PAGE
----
The ChristChurch Cathedral

ChristChurch Cathedral is the focal point of Cathedral Square in the heart of Christchurch. This place of Anglican worship was designed by the English architect Sir Gilbert Scott. The Cathedral was badly damaged by the earthquake of 22 February 2011.

Christchurch Cathedral as it appeared in 1878, three years after the first service in it was held. CCL PhotoCD 3, IMG0033
Christchurch Cathedral as it appeared in 1878, three years after the first service in it was held. CCL PhotoCD 3, IMG0033

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Explore our heritage collection of photographs of the ChristChurch Cathedral, a set of images of the ChristChurch Cathedral, and images on the Discovery Wall website.

A slow beginning for the Cathedral

Reverend Henry John Chitty Harper was appointed Anglican Bishop in 1856. It took him ten years to get the building of the Cathedral under way.

Cathedral, Cathedral Square, 1888, CCL PhotoCD 1, IMG0048
Cathedral, Cathedral Square, 1888 CCL PhotoCD 1, IMG0048

The Cathedral was designed by the English architect, Sir George Gilbert Scott (architect of St Pancras railway station in London). The supervising architect was Benjamin Mountfort who redesigned the spire. The cornerstone was laid on 16 December 1864, and the foundations completed in 1865.

The money ran out, and some people argued that the Church had more important things to spend its money on. At one point the site was almost sold off.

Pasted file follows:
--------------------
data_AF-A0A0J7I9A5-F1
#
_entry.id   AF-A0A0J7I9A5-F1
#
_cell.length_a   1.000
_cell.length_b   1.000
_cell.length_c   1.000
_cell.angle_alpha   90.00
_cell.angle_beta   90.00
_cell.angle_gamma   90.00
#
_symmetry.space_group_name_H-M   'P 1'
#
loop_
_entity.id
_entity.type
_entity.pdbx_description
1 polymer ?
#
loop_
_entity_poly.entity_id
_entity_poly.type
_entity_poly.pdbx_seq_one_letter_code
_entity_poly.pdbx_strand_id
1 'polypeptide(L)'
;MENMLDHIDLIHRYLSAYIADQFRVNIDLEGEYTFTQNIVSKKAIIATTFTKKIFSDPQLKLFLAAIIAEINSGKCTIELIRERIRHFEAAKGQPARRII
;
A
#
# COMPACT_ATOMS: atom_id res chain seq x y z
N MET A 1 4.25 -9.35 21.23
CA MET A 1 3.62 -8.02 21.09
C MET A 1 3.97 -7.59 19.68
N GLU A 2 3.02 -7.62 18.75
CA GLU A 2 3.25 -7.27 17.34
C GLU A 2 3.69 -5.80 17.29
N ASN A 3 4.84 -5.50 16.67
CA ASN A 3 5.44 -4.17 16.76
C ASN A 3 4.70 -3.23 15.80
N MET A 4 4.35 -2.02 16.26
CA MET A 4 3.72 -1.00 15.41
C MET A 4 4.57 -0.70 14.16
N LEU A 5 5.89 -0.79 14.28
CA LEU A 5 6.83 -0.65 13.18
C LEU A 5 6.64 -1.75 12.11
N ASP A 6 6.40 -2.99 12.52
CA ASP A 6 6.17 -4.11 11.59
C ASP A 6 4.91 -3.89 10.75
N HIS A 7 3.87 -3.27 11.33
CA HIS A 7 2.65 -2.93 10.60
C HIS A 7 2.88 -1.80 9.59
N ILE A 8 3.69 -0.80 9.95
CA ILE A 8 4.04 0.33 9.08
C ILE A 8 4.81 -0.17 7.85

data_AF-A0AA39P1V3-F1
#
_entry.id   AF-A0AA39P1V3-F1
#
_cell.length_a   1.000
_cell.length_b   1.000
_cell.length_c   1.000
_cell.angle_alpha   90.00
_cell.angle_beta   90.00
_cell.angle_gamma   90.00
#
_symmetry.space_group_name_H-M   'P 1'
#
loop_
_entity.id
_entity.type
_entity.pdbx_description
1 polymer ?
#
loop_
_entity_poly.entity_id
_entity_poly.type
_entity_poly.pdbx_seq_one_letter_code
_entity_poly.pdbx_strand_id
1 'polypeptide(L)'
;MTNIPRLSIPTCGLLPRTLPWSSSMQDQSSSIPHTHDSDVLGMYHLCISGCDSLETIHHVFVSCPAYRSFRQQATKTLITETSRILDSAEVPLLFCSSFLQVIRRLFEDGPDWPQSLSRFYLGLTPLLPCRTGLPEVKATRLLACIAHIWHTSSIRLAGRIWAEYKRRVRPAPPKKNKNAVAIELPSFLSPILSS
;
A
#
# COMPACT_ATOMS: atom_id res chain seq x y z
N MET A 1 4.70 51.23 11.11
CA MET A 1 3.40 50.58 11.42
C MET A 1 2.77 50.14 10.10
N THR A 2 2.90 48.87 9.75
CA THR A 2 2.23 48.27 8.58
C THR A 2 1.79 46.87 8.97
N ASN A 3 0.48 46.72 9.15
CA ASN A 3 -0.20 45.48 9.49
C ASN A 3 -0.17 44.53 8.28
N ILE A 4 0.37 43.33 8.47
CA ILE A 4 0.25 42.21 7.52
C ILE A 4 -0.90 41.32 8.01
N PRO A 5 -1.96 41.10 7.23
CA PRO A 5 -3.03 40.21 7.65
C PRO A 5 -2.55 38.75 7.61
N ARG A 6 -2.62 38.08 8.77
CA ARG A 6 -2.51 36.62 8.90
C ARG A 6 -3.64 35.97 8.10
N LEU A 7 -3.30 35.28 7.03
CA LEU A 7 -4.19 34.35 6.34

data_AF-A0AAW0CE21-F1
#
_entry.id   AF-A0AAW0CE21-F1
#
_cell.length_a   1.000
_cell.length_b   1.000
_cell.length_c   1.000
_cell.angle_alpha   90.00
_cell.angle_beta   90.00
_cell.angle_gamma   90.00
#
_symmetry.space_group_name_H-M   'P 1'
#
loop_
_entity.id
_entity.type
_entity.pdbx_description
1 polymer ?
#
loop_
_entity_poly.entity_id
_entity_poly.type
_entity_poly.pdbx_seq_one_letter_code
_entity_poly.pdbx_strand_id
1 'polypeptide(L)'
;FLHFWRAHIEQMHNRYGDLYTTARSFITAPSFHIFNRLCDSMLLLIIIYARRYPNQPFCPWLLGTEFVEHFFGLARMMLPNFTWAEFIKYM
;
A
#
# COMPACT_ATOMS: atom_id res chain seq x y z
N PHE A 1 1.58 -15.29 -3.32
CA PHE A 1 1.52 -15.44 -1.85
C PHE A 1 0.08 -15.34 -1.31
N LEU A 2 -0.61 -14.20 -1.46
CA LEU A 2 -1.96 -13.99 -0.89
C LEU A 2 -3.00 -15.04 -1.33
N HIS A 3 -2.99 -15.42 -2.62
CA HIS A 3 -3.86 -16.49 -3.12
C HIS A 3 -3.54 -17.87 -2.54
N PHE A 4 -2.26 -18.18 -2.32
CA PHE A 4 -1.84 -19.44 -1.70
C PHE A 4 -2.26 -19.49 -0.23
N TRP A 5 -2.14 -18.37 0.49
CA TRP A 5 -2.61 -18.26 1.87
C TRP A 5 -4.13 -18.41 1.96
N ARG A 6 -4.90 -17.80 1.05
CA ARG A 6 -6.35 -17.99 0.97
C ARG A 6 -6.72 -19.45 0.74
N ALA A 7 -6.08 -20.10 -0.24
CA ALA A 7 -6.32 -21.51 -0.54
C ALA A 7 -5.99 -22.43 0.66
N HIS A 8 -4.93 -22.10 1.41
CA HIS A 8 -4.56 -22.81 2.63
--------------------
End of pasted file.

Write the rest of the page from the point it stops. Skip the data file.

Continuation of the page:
Building underway again

Bishop Harper managed to get building started again by promising some of his own salary to help costs. Leading people in the community supported him and building restarted in 1873, with Benjamin Mountfort, architect of the Provincial Council buildings and other Gothic-style buildings in Christchurch, as supervising architect. Mountfort looked after the day-to-day work on the building site.

Sir Gilbert Scott wanted to build the Cathedral in timber, but changed the plans when a good supply of building stone was found in Canterbury. The timber in the roof came from matai (black pine) and totara trees on Banks Peninsula, where it was pit-sawn before being carted to Christchurch.

Mountfort wanted to make some changes. The Rhodes family objected. They had put a lot of money towards the project – as well as eight bells and a memorial window – and the original plan was kept. Mountfort made some later changes to the tower and spire, and added some decorative features to the outside.

A Cathedral at last

The nave and the tower had been completed and consecrated. The addition of the chancel and the transepts completed the building in 1904. A west porch designed by Mountfort had been added in 1894. The final cost was £65,572.

A history of earthquake damage

View of ChristChurch Cathedral
View of ChristChurch Cathedral, 16 March 2012. Flickr CCL-2012-02-19-IMG_0268

The Cathedral was affected by earthquakes on 5 December 1881, 1 September 1888 and 16 November 1901. Each time the spire was damaged. After the 1901 earthquake, the top of the tower was replaced by hardwood sheathed in copper.

The Cathedral suffered minor damage in the earthquakes of September and December 2010, but was devastated by the 22 February 2011 earthquake. No one was killed in the building. One injured person was rescued from a room in the belltower.

The spire, north transept & choir of the Cathedral under construction, looking at the east arch from Worcester Street, Christchurch [ca. 1880], CCL PhotoCD 2, IMG0025
The spire, north transept & choir of the Cathedral under construction, looking at the east arch from Worcester Street, Christchurch [ca. 1880], CCL PhotoCD 2, IMG0025

How big?

The building measured 61 metres by 21 metres with the 62.5 metre tower the dominant external feature. The tower was 29.5 metres high and the spire 33.5 metres – a total of 63 metres from the ground to the cross at the top. The tower housed 13 bells, the heaviest of which weighed 1.77 tonnes. The nave was about 100 feet long, and the circular stone staircase to the tower had 133 steps. The West Porch was a benchmark for Christchurch as it is 6.192 metres (20.314 feet) above mean sea level.